“That’s an interesting impression,” I said. “But actually, I think that the Bible is full of science.” I was just stalling, because I didn’t know what I what to say.  But then I realized, I think the Bible really is full of science.

I said, “Look at Genesis 1 and the story of Creation.”

On Day 1 God created light.

On Day 2 God separated the sky from the land.

On Day 3 God created the plants.

On Day 4 God created the moon and the stars.

On Day 5 God created the animals.

On Day 6 God created humanity.

I asked him, “Do you see the science?”

On the first day, God created physics, brought the mysterious particles and waves that are the grounding of all things tangible into being.

It was good.

On the second day, God brought hydrogen and oxygen molecules into the bonded union that would give texture to the tangible.   On the second day, God created chemistry.

And it was good.

On the third day, God created geology and botany.

He created clay and rock and sand.  He grew palms and pineapples, cocoa and coffee beans.

So you know that day was good.

On the fourth day, God created astronomy.  He dressed Orion in a belt and admired Saturn and said, “If I like it then I better put a ring on it.”

And it was good.

On the fifth day God created zoology.  He made the majestic eagle, the prickly porcupine, and the misconstrued platypus (which is kind of like making lunch out of the whatever leftovers you find in the refrigerator.)

But it was still good.

On the 6th day, God created anthropology. He created little minds to contemplate the great mind, hearts to feel, fingers to reach out in need and in fear and in love.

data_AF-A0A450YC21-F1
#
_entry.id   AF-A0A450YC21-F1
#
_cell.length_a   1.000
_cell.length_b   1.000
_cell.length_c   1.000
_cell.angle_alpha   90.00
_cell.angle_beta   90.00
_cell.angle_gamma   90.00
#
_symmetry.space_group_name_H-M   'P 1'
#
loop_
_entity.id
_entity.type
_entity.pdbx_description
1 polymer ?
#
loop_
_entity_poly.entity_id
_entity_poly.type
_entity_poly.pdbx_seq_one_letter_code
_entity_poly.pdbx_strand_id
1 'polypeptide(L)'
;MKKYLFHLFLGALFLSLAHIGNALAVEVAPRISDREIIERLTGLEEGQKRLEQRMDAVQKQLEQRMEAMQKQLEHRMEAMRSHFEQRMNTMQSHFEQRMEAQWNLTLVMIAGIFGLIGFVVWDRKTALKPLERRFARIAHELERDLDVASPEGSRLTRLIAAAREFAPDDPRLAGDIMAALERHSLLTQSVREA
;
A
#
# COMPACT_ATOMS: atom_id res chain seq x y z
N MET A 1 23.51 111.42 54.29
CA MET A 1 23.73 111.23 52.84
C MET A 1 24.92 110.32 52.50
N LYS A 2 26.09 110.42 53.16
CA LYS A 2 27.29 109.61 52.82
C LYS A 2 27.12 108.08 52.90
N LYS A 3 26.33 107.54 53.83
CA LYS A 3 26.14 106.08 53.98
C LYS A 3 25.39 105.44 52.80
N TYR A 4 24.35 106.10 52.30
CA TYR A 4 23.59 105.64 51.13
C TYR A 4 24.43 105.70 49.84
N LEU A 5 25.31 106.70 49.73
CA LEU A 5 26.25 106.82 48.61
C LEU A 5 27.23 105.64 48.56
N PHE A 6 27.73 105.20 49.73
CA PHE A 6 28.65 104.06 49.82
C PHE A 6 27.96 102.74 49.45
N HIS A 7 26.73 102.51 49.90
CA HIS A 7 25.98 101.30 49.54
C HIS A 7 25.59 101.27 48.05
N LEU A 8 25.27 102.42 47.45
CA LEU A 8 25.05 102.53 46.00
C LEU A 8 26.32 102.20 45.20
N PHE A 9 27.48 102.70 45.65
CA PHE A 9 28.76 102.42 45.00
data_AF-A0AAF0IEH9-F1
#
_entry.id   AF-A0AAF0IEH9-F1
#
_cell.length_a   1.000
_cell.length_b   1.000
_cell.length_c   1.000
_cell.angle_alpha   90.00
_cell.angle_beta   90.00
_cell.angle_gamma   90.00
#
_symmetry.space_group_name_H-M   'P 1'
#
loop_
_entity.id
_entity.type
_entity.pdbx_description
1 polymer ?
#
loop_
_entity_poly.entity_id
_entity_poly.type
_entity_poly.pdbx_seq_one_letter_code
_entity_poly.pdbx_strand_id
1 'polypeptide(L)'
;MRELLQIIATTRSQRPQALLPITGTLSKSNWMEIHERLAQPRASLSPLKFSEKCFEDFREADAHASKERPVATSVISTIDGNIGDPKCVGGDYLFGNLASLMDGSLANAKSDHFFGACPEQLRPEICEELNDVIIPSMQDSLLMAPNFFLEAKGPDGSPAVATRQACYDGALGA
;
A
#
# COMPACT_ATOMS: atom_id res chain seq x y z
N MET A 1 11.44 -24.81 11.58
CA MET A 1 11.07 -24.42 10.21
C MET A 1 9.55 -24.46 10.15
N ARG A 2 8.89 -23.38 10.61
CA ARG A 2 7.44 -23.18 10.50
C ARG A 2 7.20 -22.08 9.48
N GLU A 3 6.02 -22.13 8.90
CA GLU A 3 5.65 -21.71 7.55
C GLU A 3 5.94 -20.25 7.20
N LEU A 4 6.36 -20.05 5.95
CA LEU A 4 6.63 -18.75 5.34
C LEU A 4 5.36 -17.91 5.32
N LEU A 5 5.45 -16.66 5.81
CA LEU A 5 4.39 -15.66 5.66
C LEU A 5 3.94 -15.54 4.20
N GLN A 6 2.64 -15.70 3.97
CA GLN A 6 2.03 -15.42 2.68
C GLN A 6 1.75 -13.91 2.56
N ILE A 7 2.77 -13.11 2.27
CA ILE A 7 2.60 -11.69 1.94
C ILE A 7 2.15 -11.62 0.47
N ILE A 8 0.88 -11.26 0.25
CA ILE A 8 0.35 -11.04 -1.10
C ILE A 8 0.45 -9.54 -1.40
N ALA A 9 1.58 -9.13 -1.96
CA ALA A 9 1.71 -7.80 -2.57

And it was so good.

And on the 7th day he created philosophy, the mother of all sciences, a day on which to contemplate it all.

A thinking God created thinking beings to bear a thinking faith.  People of God, the world gains nothing from Christian cowards who turn off their brains when they hear ideas that scare them.

Evolution and God

If God wanted to bring about humanity through millions of years of evolution, who is the clay to tell the potter how to do his work? God can bring about his creation in any way he should do.  And Bible verses about the beginning of humanity shouldn’t silence scientists any more than Bible verses about the sun stopping in the sky.

If what the church offers to society is fear and ignorance, the church deserves to be ignored.

If evolution is wrong, that should be a scientific decision, and scientists should be open to all questions.  Scientists like Michael Behe and Stephen Meyer are making a case for why they think Darwinism is insufficient to explain the fossil record and the intricacies of biology.  Even atheist scholars like Thomas Nagel believe Darwinism is insufficient to explain life.  But let that be a debate for the learned, and if you want to be a part of the debate, study the issue before you speak, unlike so many Christians whose approach is “Panic first, ask questions later.” But the Bible doesn’t require a rejection of evolution, and fearful arguments to the contrary do not honor Jesus.

Hospitals and Schools

Look at how much good Christians have done when they have embraced empirical science as a tool to honor God.

The great universities of Europe and America, the Oxfords and the Harvards, were founded by Christians who believed that God’s fingerprints were all over the world, and the work of God was worth studying.  They believed that by advancing knowledge they were honoring the work of God and doing what God wanted.